KIRKUK, Iraq -- Some American veterans of Iraq can't bear watching the country they fought to secure lost to the forces of ISIS. Incredibly, some are returning to Iraq as volunteer soldiers.
For these former U.S. soldiers it's a return to a deadly war zone, but this time they're fighting alongside the Kurdish Peshmerga forces.
They're volunteers in the battle against ISIS, also known as Daesh, who have dug in around the oil-rich region of Kirkuk.
Ohio native Chris Kidd was a Marine sergeant in 2004, and fought in some of the fiercest battles of the Iraq war.
"To watch ISIS try and take over all of Iraq, it felt like it was destroying everything that we worked so hard to get. We didn't fight and die for nothing."
So Kidd sold his house and quit his job to join the new war against ISIS.
He's teamed up with about ten U.S. veterans, including a former Army Lieutenant from Arkansas. He wears a body camera on each raid. CBS News agreed not to use his name to protect his family.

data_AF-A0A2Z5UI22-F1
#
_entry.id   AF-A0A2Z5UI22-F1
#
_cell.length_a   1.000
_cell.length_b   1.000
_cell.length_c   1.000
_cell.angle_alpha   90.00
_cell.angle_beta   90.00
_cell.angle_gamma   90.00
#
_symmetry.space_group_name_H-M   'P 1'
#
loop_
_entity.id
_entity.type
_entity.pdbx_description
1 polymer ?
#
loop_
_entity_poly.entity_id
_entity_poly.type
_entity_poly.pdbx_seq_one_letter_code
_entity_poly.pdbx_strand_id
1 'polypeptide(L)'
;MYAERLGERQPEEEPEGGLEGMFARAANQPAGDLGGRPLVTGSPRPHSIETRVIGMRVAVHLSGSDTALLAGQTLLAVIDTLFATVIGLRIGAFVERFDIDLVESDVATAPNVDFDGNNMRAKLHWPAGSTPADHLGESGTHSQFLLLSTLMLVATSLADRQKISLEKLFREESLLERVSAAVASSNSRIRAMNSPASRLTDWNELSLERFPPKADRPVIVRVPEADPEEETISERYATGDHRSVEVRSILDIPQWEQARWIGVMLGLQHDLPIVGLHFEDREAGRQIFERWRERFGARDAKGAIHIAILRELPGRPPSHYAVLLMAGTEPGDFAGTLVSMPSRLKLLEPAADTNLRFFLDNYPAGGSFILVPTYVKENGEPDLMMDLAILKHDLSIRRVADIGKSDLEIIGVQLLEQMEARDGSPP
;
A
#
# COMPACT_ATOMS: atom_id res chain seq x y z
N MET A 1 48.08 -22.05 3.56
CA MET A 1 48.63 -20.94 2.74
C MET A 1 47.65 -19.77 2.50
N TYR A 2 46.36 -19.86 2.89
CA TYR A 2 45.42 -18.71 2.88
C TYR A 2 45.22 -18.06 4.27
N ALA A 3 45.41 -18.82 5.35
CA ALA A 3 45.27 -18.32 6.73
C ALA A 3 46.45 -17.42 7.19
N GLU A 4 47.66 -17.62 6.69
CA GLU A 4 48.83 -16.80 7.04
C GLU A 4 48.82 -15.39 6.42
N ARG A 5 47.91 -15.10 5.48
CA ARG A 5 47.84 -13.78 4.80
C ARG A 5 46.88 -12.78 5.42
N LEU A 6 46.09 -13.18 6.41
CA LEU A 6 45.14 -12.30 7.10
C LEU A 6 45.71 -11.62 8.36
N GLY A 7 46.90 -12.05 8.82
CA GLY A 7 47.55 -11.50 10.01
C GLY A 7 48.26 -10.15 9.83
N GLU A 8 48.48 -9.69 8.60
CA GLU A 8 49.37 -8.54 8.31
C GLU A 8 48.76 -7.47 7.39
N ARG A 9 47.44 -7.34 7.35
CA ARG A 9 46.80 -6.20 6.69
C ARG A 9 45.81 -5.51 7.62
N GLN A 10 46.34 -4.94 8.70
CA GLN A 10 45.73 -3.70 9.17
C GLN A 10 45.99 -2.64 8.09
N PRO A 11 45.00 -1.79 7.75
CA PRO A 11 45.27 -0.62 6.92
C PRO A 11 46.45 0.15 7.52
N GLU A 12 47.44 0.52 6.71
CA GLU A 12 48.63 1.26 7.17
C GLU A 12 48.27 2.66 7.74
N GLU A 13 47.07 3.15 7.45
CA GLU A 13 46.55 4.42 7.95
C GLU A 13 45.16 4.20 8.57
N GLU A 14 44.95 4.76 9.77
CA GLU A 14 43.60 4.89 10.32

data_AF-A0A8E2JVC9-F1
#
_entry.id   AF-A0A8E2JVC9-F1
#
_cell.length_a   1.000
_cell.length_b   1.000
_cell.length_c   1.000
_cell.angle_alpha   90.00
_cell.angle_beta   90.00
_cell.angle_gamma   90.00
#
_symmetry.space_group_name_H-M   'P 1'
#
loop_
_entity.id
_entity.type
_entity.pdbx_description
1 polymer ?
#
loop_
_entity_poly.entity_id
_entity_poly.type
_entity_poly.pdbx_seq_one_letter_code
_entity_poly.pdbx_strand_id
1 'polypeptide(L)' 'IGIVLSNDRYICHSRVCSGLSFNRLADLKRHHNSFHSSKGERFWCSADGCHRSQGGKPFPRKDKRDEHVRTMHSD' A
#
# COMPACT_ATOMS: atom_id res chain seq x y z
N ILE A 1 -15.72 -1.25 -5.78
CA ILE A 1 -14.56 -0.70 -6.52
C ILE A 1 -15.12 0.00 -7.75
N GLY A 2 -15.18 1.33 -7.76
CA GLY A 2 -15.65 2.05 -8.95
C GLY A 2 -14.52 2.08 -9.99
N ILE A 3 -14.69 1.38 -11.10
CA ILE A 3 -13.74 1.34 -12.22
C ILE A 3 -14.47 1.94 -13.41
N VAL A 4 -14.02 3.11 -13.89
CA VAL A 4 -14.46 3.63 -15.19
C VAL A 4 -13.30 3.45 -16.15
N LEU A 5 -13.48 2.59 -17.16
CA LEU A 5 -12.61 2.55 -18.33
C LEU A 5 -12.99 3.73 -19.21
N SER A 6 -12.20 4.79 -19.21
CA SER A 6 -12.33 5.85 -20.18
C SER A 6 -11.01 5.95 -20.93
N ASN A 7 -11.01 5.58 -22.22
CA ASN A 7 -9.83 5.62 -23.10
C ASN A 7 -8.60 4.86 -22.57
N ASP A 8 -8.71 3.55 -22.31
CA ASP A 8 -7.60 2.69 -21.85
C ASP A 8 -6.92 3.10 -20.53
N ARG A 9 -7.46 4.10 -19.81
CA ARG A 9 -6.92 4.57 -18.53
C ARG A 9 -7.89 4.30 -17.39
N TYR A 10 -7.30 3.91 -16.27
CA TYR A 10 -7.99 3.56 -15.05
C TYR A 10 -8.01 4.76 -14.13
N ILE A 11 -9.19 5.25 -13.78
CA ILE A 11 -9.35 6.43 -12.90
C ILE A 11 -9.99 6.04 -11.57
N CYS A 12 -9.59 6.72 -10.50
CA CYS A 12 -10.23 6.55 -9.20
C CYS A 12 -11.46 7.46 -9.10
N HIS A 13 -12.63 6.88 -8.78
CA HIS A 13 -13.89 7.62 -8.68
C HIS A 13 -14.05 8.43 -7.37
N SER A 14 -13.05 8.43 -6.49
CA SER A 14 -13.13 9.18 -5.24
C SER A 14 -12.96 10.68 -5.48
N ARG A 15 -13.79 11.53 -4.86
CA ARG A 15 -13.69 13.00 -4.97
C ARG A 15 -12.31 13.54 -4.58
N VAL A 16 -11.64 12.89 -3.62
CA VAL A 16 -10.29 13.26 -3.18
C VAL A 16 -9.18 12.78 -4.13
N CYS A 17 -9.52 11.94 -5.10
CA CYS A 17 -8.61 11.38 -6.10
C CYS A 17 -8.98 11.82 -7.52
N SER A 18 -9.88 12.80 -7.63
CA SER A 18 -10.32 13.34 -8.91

"They thought I was crazy at first for coming out here, but they're supportive now."
The Peshmerga are often outgunned, and ISIS has proven to be resilient. The U.S. vets go house by house, but on that day the enemy had vanished.
Back on base, Kidd repaired the U.S. army vehicles they've recaptured from the extremist group.
But the biggest difference has been the increased U.S. airstrikes. "After their support when we push into towns? Daesh run. They run."
With the fighting growing more intense, these U.S. vets are counting on that support from their former brothers in arms.